just in case you are skeptical like me, go to the steamy kitchen and look at the photos of cutie pie andrew making that loaf of bread.  they photographed each of the steps and they make a good reference for the first attempt.
thanks to cindystar for the wonderful challenge!

sourdough rye; bread baking day #37

sourdough bread has always been one of my favorites.  as a kid, my grandmother took me to san francisco and i have been in love with the flavor since then.  with a slightly tangy flavor and a thick and chewy crust, authentic san francisco sourdough bread has always been the bread of choice for me.  of course, if you do not live there, you can only savor the memory once you leave because finding the same bread outside of the bay area very rarely compares.  the naturally occurring yeast in the starter has unique qualities much like a new york pizza-nearly impossible to duplicate once you leave the region.

over the years, it has been 16 years since we left san francisco, i have experimented many times with starter but never had much success until one day when our daughter needed to do a project for the science fair at school.  i suggested natural yeasts and several different types of starters and thus began a trial and error project that produced one of the best loaves of sourdough bread we had eaten in years.  we used grapes to make the starter and for several months, the starter lived in our fridge until i neglected it and it died.  years later, i found myself working in a garden as a volunteer for the local master gardeners association and in this garden, grapes were growing.  more importantly, organic grapes that i could use to make a new starter.  using a recipe that has been credited to nancy silverton of la brea bakery, i proceeded to use those grapes to grow the best starter i have ever had and a year and a half later, it is still going strong.  the starter worked out so well that i split it and i now have a jar of white starter and a jar of rye starter.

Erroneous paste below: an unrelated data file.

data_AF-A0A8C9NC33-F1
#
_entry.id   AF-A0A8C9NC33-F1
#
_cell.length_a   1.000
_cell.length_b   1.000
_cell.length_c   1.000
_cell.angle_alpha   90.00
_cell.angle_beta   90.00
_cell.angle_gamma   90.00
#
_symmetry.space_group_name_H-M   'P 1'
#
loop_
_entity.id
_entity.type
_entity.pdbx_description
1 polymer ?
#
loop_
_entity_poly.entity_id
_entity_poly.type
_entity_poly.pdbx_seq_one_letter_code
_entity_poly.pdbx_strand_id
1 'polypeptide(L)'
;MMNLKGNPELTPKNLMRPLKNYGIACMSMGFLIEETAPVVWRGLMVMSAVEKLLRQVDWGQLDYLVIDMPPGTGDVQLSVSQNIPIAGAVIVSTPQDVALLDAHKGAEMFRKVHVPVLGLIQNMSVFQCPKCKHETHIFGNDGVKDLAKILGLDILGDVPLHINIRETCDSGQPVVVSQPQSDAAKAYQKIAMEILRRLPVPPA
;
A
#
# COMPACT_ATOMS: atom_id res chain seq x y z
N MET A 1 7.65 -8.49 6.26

my fascination with bread also led me to bread baking day.  each month for the last 3+ years, the followers of bread baking day pick a host who choses a theme or a specific recipe and everyone bakes bread and posts the results on blog pages worldwide.  at the end of the month, the host of the month posts a roundup of all of the breads produced by the participants.  over the last year or so, i have sporadically participated in the monthly event.  when i saw that this months theme was a bread that used a sponge or ferment, knowing that my rye starter needed a feeding, i baked a loaf of sourdough rye.